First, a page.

Late yesterday, the Internal Revenue Service took a hard line on an employee’s need for emergency paid sick leave (EPSL) and emergency paid FMLA (FMLA+), taking the position that only one caretaker can take leave for a child whose school or childcare is closed.  Moreover, if the child is over 14 years old, the parent must explain the special circumstances requiring the employee to provide care.

This position is outlined in detailed FAQs highlighting the documentation employers can require to substantiate an employee’s need for EPSL and FMLA+. The IRS also detailed the documents that must be maintained to obtain tax credits for EPSL and FMLA+ payments.

Employee Request for Paid Leave

FAQ #44 of the IRS guidance is key — learn it, live it, love it.

The process for requesting EPSL or FMLA+ starts – as a leave request always does – with the employee. In its guidance, the IRS made clear that the employee must first submit a written request for leave that includes:

  1. The employee’s name;
  2. The date or dates for which leave is requested;
  3. A statement of the COVID-19 related reason the employee is requesting leave and written support for such reason; and
  4. A statement that the employee is unable to work, including by means of telework, for such reason.

If a Case of Quarantine, What Must the Employee Statement Provide?

In the case of a leave request based on a quarantine order or self-quarantine advice, the statement from the employee should include:

  1. The name of the governmental entity ordering quarantine or the name of the health care professional advising self-quarantine, and,
  2. If the person subject to quarantine or advised to self-quarantine is not the employee, that person’s name and relation to the employee.

If a Case a Child’s School or Child Care is Closed, What Must the Statement Provide?

In the case of a leave request based on a school closing or child care provider unavailability, the statement from the employee should include:

  1. The name and age of the child (or children) to be cared for,
  2. The name of the school that has closed or place of care that is unavailable, and
  3. A representation that no other person will be providing care for the child during the period for which the employee is receiving family medical leave and,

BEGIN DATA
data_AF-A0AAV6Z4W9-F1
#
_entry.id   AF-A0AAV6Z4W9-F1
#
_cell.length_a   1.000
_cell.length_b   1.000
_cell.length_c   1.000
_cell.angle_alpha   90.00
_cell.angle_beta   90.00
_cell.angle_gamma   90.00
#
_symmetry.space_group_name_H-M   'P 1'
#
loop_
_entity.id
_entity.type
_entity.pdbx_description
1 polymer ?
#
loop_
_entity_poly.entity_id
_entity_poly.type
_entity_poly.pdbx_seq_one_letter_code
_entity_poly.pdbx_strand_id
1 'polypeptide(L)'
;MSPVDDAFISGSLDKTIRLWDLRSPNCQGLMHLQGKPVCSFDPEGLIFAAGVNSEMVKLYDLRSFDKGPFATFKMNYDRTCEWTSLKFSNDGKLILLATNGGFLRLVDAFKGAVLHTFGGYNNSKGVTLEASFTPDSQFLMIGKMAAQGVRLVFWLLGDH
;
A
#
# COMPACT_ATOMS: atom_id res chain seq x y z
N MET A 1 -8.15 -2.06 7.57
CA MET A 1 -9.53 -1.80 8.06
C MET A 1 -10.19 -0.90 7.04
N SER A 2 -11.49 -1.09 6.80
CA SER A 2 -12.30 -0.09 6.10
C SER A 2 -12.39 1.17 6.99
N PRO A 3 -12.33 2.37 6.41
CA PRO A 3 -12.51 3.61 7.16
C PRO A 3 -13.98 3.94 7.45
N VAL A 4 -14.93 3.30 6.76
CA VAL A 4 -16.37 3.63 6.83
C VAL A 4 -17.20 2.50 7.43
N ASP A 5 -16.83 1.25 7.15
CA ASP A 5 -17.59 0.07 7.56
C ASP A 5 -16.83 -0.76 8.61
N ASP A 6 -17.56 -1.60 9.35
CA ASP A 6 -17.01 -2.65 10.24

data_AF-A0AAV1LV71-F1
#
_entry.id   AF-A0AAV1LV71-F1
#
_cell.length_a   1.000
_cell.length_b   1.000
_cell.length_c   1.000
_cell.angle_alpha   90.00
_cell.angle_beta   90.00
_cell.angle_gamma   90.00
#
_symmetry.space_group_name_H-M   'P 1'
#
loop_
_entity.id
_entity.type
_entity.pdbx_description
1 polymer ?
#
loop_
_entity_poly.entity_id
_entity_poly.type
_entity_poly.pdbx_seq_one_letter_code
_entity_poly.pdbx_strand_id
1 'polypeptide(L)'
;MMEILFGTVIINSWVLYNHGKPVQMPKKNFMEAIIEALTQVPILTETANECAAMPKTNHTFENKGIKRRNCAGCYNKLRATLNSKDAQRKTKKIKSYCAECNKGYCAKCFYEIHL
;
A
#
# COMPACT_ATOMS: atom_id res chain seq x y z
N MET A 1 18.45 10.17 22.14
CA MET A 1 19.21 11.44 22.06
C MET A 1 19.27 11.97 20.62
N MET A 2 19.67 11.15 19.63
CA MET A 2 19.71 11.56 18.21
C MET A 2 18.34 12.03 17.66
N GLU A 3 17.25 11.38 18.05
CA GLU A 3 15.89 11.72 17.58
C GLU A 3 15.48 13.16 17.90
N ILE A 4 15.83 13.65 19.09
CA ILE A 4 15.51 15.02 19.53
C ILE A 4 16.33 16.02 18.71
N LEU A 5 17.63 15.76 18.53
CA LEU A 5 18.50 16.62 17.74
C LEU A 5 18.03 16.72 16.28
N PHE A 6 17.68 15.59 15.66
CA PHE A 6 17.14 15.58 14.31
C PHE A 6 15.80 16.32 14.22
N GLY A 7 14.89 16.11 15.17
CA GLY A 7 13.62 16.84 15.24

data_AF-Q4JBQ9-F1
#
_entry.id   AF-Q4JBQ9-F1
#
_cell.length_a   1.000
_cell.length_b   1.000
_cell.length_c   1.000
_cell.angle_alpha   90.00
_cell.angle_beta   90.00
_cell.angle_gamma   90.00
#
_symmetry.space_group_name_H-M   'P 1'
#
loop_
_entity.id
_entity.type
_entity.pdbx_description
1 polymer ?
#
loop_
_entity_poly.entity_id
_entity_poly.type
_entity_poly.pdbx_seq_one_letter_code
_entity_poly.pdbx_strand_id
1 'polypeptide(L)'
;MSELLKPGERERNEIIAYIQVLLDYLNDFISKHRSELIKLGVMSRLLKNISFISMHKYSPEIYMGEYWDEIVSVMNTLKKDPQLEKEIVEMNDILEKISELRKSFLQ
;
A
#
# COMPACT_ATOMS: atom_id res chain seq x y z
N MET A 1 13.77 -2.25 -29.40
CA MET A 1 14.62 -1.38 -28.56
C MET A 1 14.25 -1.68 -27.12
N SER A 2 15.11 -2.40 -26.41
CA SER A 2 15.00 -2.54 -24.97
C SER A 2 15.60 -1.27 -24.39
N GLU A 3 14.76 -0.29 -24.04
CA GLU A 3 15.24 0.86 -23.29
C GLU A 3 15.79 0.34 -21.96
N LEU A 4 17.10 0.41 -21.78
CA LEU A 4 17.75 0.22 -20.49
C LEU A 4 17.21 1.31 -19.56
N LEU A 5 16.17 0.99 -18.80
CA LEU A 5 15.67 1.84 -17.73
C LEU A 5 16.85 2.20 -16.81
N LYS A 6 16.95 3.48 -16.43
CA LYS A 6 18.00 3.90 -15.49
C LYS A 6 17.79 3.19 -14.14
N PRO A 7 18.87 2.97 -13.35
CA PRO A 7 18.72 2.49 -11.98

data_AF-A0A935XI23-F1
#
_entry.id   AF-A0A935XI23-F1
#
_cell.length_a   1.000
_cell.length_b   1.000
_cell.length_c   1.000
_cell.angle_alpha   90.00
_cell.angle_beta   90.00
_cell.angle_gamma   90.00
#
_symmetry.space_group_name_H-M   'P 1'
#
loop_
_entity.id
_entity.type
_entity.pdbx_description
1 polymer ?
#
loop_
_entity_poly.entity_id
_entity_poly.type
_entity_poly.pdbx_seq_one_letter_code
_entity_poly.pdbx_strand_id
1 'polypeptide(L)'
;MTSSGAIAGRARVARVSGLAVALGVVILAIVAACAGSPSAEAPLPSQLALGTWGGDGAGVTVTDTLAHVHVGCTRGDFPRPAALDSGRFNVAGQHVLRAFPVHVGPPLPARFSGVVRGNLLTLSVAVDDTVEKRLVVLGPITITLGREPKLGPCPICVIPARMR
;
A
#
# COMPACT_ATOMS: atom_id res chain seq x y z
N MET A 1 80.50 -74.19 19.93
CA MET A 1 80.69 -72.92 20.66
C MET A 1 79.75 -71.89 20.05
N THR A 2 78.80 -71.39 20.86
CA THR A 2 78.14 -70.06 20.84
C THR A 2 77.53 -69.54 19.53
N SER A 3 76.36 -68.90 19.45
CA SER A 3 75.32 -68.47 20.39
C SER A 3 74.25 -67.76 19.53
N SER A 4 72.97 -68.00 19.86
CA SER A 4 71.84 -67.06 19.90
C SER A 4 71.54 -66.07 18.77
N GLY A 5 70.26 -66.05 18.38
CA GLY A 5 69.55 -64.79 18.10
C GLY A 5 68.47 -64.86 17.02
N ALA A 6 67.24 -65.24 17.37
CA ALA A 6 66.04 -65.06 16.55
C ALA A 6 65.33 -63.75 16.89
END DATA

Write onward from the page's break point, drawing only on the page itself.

4. With respect to the employee’s inability to work or telework because of a need to provide care for a child older than fourteen during daylight hours, a statement that special circumstances exist requiring the employee to provide care.

As highlighted in Nos. 3 and 4 directly above, the IRS takes the position that, if the employee wants to take EPSL and FMLA+, the employee alone must be providing care to the child, making clear that leave would otherwise be unavailable if both parents or another individual is present to care for the child.  Also, in the case of a 15- to 17-year old child, the employee must identify “special circumstances” requiring the employee to provide care. If the employee cannot do so, they cannot take EPSL or FMLA+.

What Additional Records Must an Employer Retain to Substantiate EPSL or FMLA+ and to Obtain the Tax Credit?

To establish that an employee legitimately took EPSL or FMLA+ and the right to a tax credit, employers must create and maintainiiup records that include the following information:

  1. Documentation to show how the employer determined the amount of qualified sick and family leave wages paid to employees that are eligible for the credit, including records of work, telework and qualified sick leave and qualified family leave.
  2. Documentation to show how the employer determined the amount of qualified health plan expenses that the employer allocated to wages. See FAQ 31 (“Determining the Amount of Allocable Qualified Health Plan Expenses”) for methods to compute this allocation.
  3. Copies of any completed Forms 7200, Advance of Employer Credits Due To COVID-19, that the employer submitted to the IRS.
  4. Copies of the completed Forms 941, Employer’s Quarterly Federal Tax Return, that the employer submitted to the IRS (or, for employers that use third party payers to meet their employment tax obligations, records of information provided to the third party payer regarding the employer’s entitlement to the credit claimed on Form 941).

How Long Should an Employer Maintain these Records?

The IRS confirms in its FAQs that an Employer should keep all records of employment taxes for at least four years after the date the tax becomes due or is paid, whichever comes later.  These should be available for IRS review.

Who wants Part III? Come on, you know you’ve been craving this all weekend.

More FAQs. 

It’s like winning a cake eating contest, and the prize is . . . more cake.

Late Saturday night, the Department of Labor issued a third round of Q&As (FAQs #38-59) aimed at helping employers administer emergency paid sick leave (EPSL) and paid FMLA leave (FMLA+) as part of the Families First Coronavirus Response Act (FFCRA) (pdf), which as of April 1, 2020 will provide relief to American workers in the wake of the coronavirus pandemic.

In this latest round of FAQs, DOL gave critical guidance that employers need to know, including the following:

  • Employers under 50 employees (which currently are not covered by the FMLA) are exempt from the FMLA+ and from one provision of EPSL, but not all of the provisions (FAQ # 58-59)